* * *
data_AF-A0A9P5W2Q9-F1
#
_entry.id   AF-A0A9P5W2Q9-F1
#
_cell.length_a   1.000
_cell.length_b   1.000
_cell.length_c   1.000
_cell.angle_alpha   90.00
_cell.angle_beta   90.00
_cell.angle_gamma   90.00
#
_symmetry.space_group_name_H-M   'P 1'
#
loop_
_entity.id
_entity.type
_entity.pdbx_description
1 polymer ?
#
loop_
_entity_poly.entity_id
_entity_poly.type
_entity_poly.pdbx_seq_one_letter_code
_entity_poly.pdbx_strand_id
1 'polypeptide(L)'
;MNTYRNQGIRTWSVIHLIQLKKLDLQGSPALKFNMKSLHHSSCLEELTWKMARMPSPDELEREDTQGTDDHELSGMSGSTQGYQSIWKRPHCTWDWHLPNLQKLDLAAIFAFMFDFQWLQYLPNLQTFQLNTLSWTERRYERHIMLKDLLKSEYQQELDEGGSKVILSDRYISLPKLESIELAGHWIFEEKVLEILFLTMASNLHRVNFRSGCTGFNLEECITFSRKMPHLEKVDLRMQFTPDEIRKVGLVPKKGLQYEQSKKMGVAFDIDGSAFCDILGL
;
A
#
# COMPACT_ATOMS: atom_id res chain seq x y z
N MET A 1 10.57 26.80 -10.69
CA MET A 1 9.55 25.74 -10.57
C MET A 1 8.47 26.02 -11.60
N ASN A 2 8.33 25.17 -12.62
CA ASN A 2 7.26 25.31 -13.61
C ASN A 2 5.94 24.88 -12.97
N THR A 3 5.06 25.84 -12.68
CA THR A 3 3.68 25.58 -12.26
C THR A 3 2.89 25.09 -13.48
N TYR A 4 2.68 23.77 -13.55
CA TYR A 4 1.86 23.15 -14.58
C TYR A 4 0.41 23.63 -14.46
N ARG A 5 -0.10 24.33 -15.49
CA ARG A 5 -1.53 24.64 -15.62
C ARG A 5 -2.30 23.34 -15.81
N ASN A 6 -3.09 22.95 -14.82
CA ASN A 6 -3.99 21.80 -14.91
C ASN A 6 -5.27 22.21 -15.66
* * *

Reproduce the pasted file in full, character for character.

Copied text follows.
data_AF-A0A9P5W2Q9-F1
#
_entry.id   AF-A0A9P5W2Q9-F1
#
_cell.length_a   1.000
_cell.length_b   1.000
_cell.length_c   1.000
_cell.angle_alpha   90.00
_cell.angle_beta   90.00
_cell.angle_gamma   90.00
#
_symmetry.space_group_name_H-M   'P 1'
#
loop_
_entity.id
_entity.type
_entity.pdbx_description
1 polymer ?
#
loop_
_entity_poly.entity_id
_entity_poly.type
_entity_poly.pdbx_seq_one_letter_code
_entity_poly.pdbx_strand_id
1 'polypeptide(L)'
;MNTYRNQGIRTWSVIHLIQLKKLDLQGSPALKFNMKSLHHSSCLEELTWKMARMPSPDELEREDTQGTDDHELSGMSGSTQGYQSIWKRPHCTWDWHLPNLQKLDLAAIFAFMFDFQWLQYLPNLQTFQLNTLSWTERRYERHIMLKDLLKSEYQQELDEGGSKVILSDRYISLPKLESIELAGHWIFEEKVLEILFLTMASNLHRVNFRSGCTGFNLEECITFSRKMPHLEKVDLRMQFTPDEIRKVGLVPKKGLQYEQSKKMGVAFDIDGSAFCDILGL
;
A
#
# COMPACT_ATOMS: atom_id res chain seq x y z
N MET A 1 10.57 26.80 -10.69
CA MET A 1 9.55 25.74 -10.57
C MET A 1 8.47 26.02 -11.60
N ASN A 2 8.33 25.17 -12.62
CA ASN A 2 7.26 25.31 -13.61
C ASN A 2 5.94 24.88 -12.97
N THR A 3 5.06 25.84 -12.68
CA THR A 3 3.68 25.58 -12.26
C THR A 3 2.89 25.09 -13.48
N TYR A 4 2.68 23.77 -13.55
CA TYR A 4 1.86 23.15 -14.58
C TYR A 4 0.41 23.63 -14.46
N ARG A 5 -0.10 24.33 -15.49
CA ARG A 5 -1.53 24.64 -15.62
C ARG A 5 -2.30 23.34 -15.81
N ASN A 6 -3.09 22.95 -14.82
CA ASN A 6 -3.99 21.80 -14.91
C ASN A 6 -5.27 22.21 -15.66